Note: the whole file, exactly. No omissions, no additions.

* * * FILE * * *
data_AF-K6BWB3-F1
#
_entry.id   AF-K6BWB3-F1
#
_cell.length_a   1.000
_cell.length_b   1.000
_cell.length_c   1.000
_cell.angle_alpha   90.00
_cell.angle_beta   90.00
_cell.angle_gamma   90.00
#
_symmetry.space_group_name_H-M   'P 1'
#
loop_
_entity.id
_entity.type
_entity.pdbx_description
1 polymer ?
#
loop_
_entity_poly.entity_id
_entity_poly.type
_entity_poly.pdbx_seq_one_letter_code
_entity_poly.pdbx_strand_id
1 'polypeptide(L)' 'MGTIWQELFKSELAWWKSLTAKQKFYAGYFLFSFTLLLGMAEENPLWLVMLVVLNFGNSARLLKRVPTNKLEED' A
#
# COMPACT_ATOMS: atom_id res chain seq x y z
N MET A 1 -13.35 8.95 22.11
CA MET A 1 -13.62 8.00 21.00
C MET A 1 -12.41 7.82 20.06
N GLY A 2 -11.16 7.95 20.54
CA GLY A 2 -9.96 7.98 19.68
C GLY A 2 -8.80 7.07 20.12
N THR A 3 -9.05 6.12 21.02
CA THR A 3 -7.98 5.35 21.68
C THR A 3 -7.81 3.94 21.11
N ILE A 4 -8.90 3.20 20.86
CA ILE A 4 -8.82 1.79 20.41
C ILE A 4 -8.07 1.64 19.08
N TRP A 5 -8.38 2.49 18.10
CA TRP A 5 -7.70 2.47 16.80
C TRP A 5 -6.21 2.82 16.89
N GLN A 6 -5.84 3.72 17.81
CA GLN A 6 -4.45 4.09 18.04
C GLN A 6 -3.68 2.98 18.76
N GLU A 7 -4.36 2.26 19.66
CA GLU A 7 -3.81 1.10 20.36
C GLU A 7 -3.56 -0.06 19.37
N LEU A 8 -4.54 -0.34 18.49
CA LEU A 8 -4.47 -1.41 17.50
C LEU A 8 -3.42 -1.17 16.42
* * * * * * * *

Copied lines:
data_AF-K6BWB3-F1
#
_entry.id   AF-K6BWB3-F1
#
_cell.length_a   1.000
_cell.length_b   1.000
_cell.length_c   1.000
_cell.angle_alpha   90.00
_cell.angle_beta   90.00
_cell.angle_gamma   90.00
#
_symmetry.space_group_name_H-M   'P 1'
#
loop_
_entity.id
_entity.type
_entity.pdbx_description
1 polymer ?
#
loop_
_entity_poly.entity_id
_entity_poly.type
_entity_poly.pdbx_seq_one_letter_code
_entity_poly.pdbx_strand_id
1 'polypeptide(L)' 'MGTIWQELFKSELAWWKSLTAKQKFYAGYFLFSFTLLLGMAEENPLWLVMLVVLNFGNSARLLKRVPTNKLEED' A
#
# COMPACT_ATOMS: atom_id res chain seq x y z
N MET A 1 -13.35 8.95 22.11
CA MET A 1 -13.62 8.00 21.00
C MET A 1 -12.41 7.82 20.06
N GLY A 2 -11.16 7.95 20.54
CA GLY A 2 -9.96 7.98 19.68
C GLY A 2 -8.80 7.07 20.12
N THR A 3 -9.05 6.12 21.02
CA THR A 3 -7.98 5.35 21.68
C THR A 3 -7.81 3.94 21.11
N ILE A 4 -8.90 3.20 20.86
CA ILE A 4 -8.82 1.79 20.41
C ILE A 4 -8.07 1.64 19.08
N TRP A 5 -8.38 2.49 18.10
CA TRP A 5 -7.70 2.47 16.80
C TRP A 5 -6.21 2.82 16.89
N GLN A 6 -5.84 3.72 17.81
CA GLN A 6 -4.45 4.09 18.04
C GLN A 6 -3.68 2.98 18.76
N GLU A 7 -4.36 2.26 19.66
CA GLU A 7 -3.81 1.10 20.36
C GLU A 7 -3.56 -0.06 19.37
N LEU A 8 -4.54 -0.34 18.49
CA LEU A 8 -4.47 -1.41 17.50
C LEU A 8 -3.42 -1.17 16.42